UNC Greensboro’s Department of Consumer, Apparel, and Retail Studies (CARS) moved up this year in rankings among the nation’s top fashion merchandising programs, according to Fashion-Schools.org.

CARS ranks No. 4 among fashion merchandising programs at public and private universities in the South and is one of the top 15 programs at public universities across the nation for fashion merchandising. The rankings are based on academic reputation, admission selectivity, depth and value of program and geographic location.

CARS bumped up to 19 from 22 last year among public and private schools nationwide for fashion merchandising, just below schools like the Fashion Institute of Technology in New York and Savannah College of Art and Design. For public schools, CARS came in 13th this year, jumping three spots from last year’s 17th.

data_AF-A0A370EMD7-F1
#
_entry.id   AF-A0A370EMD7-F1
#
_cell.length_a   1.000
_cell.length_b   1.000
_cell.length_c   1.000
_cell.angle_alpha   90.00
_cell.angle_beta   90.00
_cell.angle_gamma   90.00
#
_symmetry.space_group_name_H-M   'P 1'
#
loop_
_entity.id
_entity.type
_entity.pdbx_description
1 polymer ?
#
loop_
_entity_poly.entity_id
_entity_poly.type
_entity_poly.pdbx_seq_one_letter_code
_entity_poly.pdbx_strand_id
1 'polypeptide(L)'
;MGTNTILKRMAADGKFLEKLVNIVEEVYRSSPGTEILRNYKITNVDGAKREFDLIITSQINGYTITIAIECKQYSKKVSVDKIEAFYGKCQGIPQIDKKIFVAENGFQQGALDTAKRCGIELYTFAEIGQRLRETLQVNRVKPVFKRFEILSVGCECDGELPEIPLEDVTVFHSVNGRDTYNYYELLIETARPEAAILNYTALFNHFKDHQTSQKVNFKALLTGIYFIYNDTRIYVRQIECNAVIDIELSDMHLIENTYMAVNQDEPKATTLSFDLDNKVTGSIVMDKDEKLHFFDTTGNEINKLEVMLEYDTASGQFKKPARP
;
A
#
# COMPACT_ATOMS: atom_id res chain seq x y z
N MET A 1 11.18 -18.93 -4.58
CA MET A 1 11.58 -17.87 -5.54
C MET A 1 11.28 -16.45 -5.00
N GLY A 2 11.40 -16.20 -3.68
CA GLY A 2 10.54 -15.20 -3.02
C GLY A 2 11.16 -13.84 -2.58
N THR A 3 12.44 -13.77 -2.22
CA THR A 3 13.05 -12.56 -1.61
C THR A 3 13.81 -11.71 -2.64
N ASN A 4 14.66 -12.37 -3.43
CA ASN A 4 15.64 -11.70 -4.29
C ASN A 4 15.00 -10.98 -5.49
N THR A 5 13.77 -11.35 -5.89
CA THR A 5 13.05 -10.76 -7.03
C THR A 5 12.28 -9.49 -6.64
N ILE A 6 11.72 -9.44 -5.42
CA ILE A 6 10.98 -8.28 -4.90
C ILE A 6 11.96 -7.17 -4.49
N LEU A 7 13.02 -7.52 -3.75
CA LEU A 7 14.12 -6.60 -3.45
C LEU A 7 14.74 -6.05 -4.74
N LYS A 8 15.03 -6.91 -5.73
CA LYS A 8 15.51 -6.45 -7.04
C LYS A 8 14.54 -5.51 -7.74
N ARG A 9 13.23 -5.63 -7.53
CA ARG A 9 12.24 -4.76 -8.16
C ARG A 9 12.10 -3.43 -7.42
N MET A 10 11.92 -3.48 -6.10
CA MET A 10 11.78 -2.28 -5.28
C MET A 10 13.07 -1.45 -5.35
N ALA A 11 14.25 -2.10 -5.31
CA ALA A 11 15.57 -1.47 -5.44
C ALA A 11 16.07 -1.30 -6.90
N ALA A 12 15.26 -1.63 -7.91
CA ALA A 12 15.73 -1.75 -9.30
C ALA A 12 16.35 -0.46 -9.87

The program secured its place in the fashion design industry as well, ranking No. 4 in the South and No. 15 nationally among public fashion design schools.

CARS, celebrating its 100th year at UNCG, offers students hands-on learning opportunities, including study trips to fashion meccas – such as New York, London and Italy – across the globe, an annual student-run fashion show that draws hundreds of attendees and internships with top fashion companies such as VF Corporation, Polo Ralph Lauren and Saks, Inc.

Undergraduates in the department select one of three concentrations: apparel design, retailing and consumer studies, and global apparel and related industry studies. In addition to the undergraduate program, CARS offers a post-baccalaureate certificate, a master’s degree and a PhD program.

As retailers continue to compete with e-commerce and the online marketplace, the program is making some curriculum changes to address these issues, such as offering classes in retail and consumer data analytics to focus on researching what the consumer wants, said Dr. Nancy Nelson Hodges, CARS Burlington Industries Professor and department head.

View the video below for more about the CARS program.

Story by Elizabeth L. Harrison, University Communications
Photography by Martin W. Kane, University Communications
Videography by Grant Evan Gilliard, University Communications